Serpent Audio's Chimera is the first LA-3A clone to fit in a 500-series module, complete with that opto-circuit compression that so famously soothes vocal dynamics or unruly bass lines, or... well, works well in pretty much any other scenario you can think of. Fitting the LA-3A-style guts into a single 500-series module was thought impossible, but Serpent Audio has made zero compromises in this reproduction, which is a big deal. There are some added perks as well, like a high-frequency boost on the detector for de- essing and a hard-bypass switch. There are no blinding blue LEDs - just a warm and glowing VU meter, foreshadowing the way your audio's about to sound. Okay, seriously though, this thing does sound great - but there's more.

Serpent Audio was kind enough to also send me a pair of their Send N' Blend module, a 500-series wet/dry knob that allows you to use your analog gear in parallel, rather than setting up additional tracks in your DAW. That's right - ever wondered what your favorite boutique compressor would sound like in parallel with the uncompressed signal, but can't get the delay compensation to match up in your DAW? Or do you need a simple and effective way to mix together two signals into one track? We've all seen wet/dry knobs on digital reverbs and plug-in compressors for years, and every so often, a hardware unit with a blend knob pops up, but with the Send N' Blend, you can play the wet/dry game with any piece of gear that your heart so chooses. (It is helpful, but not required, to have a Radial Engineering Workhorse [Tape Op #85, #92] or a Purple Audio Sweet Ten [#100] rack, both of which provide rear-panel access for the wet signal, eliminating the need to use the front-panel TRS connector on the Send N' Blend.) For the purposes of this review, I figured the logical thing to do would be to pair the Send N' Blend with the Chimera for some parallel LA-3A-style compression.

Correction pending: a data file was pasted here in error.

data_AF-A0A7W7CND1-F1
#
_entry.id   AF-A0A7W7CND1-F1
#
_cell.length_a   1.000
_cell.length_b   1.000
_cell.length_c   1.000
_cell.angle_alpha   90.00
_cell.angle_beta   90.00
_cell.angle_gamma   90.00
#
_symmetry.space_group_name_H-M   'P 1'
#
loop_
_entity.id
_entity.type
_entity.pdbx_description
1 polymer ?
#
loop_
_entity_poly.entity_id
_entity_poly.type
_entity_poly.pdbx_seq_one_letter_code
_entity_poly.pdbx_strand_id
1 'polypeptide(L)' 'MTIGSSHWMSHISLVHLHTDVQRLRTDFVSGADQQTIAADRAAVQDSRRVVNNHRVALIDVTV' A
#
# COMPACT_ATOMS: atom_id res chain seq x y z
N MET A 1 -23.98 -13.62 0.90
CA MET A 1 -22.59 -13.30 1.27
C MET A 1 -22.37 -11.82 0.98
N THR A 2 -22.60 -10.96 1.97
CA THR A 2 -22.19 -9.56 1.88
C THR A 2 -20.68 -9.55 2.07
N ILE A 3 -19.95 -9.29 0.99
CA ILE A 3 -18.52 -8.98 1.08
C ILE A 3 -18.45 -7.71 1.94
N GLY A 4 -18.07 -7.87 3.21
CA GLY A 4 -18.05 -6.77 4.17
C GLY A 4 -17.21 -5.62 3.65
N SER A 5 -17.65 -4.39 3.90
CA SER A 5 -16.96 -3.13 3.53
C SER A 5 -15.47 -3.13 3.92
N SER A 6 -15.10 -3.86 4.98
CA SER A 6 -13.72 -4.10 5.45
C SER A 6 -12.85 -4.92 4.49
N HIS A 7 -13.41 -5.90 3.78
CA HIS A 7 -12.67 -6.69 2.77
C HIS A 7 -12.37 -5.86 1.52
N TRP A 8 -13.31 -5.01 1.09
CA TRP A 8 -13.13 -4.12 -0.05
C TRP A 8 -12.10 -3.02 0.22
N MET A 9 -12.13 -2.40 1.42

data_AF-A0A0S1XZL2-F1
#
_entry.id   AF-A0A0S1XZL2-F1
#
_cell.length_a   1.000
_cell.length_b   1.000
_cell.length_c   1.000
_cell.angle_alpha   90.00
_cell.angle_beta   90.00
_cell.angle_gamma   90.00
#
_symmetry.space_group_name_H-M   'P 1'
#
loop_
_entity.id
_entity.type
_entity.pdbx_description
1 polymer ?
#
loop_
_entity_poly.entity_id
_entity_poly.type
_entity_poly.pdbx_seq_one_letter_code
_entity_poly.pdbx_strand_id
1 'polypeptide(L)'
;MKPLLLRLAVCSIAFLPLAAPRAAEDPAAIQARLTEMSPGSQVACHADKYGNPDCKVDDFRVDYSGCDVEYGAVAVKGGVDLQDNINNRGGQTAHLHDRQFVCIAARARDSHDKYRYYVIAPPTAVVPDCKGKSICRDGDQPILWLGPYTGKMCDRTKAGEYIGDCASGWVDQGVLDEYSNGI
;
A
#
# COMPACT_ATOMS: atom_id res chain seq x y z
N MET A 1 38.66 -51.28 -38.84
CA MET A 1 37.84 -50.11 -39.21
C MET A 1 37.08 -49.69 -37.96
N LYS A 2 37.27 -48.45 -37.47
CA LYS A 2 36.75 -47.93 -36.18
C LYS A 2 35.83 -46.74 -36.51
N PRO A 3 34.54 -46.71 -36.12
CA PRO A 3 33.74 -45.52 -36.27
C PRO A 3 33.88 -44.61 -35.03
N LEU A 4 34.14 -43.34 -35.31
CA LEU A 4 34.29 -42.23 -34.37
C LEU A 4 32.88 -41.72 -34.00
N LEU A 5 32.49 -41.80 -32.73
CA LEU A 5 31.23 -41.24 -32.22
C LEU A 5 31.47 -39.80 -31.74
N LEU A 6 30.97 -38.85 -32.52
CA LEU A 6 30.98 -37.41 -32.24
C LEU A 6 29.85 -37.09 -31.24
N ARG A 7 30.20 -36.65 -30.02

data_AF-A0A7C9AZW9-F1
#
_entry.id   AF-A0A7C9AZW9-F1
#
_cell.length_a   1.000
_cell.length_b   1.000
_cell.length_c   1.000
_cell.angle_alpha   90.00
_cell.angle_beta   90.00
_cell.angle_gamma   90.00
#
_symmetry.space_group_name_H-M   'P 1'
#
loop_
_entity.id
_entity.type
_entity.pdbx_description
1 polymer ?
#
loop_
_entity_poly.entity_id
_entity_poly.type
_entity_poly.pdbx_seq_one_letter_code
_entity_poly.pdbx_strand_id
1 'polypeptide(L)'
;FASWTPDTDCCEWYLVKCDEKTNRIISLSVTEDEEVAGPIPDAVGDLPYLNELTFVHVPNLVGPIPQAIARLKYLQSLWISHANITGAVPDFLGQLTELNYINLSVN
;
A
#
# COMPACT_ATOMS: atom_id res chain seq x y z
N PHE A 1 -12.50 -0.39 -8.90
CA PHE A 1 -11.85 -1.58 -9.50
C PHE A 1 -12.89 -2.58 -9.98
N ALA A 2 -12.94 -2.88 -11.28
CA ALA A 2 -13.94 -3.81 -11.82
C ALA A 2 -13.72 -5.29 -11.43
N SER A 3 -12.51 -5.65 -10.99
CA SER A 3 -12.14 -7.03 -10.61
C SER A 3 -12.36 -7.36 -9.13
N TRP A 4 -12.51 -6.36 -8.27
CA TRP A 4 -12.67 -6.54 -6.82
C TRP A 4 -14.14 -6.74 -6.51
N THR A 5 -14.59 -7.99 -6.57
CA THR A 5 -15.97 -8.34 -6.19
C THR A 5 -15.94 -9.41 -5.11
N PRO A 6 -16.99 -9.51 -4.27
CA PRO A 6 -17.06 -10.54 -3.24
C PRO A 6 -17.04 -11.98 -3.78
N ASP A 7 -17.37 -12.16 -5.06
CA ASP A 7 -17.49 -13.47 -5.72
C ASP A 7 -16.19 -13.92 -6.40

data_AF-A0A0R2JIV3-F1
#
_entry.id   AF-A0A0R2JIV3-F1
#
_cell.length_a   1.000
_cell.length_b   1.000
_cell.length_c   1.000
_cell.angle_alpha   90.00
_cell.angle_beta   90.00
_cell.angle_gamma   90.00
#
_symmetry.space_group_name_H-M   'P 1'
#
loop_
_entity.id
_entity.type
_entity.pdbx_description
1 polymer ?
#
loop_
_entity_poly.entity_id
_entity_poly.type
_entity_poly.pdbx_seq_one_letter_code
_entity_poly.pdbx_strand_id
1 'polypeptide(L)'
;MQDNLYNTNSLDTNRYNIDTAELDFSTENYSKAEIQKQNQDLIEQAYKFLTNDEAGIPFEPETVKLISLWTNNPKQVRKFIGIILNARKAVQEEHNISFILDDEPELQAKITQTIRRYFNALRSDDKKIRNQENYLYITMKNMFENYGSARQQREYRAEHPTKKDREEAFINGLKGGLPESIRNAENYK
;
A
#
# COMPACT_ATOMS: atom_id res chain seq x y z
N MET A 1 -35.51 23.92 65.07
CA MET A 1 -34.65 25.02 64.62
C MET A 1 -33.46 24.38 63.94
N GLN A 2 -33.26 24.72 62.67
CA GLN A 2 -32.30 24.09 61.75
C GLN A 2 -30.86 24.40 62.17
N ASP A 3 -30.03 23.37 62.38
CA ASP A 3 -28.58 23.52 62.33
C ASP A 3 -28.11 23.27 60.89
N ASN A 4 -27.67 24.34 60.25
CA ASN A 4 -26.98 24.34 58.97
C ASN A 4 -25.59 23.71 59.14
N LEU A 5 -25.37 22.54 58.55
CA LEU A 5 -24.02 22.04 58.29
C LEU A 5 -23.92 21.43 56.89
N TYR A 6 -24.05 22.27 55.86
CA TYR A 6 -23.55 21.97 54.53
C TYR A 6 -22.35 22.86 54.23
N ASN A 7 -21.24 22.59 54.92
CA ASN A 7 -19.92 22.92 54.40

You may be expecting some sort of detailed analysis of what happened, but the results were exactly as you'd expect them to be. Regardless of what I fed into the Chimera, including my buses and master bus, it was such a great feeling to be a little too heavy-handed and then dial in some dry signal to balance out the signal. My drums hit harder, my bass was thicker, my guitars were richer - you name it. I felt like the most useful combinations were achieved when I either went slightly overboard with gain reduction and then brought myself back with the Send N' Blend, or when I was compressing at -20 dB or so reduction, but only using say, 20% of the wet signal.

Perhaps the most relevant example would be using the Chimera on vocals for that really soupy, heavy style of compression. Obviously, a sudden peak here or there would normally throw things off quite a bit, sucking your signal down -15 dB when you'd been otherwise sitting at -5 dB. Instead of reaching for an 1176, dialing in some dry signal is now an option, and you can keep the opto-glory that is near and dear to our ears.

Unless you have a shrink ray, you'll be hard pressed to find a better LA-3A option that fits into a 500-series rack, especially one with components such as those used by Serpent Audio. And the Send N' Blend is a no-brainer; this little device can add a new dimension to the tools you already know and love. (Chimera $1079 street; Send N' Blend $399;

Tape Op is a bi-monthly magazine devoted to the art of record making.

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